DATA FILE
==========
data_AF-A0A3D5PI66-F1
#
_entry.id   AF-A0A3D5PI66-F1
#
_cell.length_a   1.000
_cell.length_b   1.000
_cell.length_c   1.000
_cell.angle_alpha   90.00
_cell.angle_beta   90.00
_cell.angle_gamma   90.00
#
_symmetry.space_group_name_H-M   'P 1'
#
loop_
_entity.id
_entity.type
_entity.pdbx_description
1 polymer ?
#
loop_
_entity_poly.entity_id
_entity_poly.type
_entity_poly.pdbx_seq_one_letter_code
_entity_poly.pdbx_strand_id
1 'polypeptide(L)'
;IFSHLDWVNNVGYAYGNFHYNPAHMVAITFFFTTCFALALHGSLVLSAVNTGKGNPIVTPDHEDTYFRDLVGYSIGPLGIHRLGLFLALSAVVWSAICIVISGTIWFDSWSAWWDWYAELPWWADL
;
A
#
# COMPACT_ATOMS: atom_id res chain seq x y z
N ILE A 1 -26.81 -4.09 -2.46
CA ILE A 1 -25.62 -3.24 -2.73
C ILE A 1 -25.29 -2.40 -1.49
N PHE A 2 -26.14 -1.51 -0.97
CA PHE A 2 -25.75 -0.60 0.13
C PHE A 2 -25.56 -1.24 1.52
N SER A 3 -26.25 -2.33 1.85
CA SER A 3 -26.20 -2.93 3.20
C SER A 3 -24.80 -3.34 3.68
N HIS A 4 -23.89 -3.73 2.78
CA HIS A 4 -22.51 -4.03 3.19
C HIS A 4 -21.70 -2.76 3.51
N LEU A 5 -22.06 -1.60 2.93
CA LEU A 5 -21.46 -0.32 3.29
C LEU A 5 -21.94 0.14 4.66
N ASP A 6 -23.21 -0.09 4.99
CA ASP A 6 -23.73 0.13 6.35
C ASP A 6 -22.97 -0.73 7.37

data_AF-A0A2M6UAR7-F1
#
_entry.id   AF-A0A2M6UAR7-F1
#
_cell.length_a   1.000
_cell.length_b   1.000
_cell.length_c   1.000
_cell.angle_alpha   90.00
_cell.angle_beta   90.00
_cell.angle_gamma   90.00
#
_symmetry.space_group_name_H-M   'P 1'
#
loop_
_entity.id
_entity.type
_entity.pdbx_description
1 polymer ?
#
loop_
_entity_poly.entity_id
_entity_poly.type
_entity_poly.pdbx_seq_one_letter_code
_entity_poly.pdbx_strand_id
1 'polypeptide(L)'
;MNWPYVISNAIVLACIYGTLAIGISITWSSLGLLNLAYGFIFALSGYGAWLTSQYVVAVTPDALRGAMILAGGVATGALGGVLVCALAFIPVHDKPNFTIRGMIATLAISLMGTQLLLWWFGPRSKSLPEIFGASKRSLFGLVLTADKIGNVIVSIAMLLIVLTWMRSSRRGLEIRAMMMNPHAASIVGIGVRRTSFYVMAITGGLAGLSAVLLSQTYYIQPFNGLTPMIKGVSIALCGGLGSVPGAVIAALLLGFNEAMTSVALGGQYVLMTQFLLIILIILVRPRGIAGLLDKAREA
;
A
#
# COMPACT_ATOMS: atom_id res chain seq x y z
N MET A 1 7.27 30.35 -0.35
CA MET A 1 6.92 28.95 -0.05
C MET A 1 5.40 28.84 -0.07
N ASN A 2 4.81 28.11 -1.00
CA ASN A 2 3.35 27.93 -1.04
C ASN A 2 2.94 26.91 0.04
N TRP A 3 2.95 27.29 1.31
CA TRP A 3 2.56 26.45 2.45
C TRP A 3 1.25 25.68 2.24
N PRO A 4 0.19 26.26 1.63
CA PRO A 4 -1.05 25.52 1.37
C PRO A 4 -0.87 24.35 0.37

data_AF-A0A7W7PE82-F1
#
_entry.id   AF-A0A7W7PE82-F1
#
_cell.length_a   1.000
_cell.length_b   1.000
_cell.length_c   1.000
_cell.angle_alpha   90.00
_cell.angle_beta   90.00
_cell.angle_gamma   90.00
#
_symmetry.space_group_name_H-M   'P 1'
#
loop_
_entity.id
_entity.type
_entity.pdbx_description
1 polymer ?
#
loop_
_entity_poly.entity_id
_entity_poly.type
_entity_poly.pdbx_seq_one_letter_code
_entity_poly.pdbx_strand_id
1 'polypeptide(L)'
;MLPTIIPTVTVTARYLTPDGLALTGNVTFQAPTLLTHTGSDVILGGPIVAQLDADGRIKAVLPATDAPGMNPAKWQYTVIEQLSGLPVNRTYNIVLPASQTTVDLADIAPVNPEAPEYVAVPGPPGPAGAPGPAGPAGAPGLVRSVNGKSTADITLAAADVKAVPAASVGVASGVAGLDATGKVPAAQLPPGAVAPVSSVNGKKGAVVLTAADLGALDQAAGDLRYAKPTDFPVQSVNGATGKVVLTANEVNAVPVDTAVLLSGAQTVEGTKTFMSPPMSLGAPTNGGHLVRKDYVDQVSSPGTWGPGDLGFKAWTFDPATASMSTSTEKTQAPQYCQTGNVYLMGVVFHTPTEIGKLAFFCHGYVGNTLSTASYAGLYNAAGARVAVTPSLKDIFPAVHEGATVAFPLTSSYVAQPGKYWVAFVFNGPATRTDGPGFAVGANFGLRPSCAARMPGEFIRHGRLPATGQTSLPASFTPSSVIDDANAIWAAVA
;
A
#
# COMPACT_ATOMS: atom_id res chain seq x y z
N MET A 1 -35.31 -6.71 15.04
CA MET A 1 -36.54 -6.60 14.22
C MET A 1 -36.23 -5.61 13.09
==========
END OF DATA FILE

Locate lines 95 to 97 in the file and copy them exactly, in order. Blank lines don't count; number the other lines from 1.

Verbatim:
_cell.length_a   1.000
_cell.length_b   1.000
_cell.length_c   1.000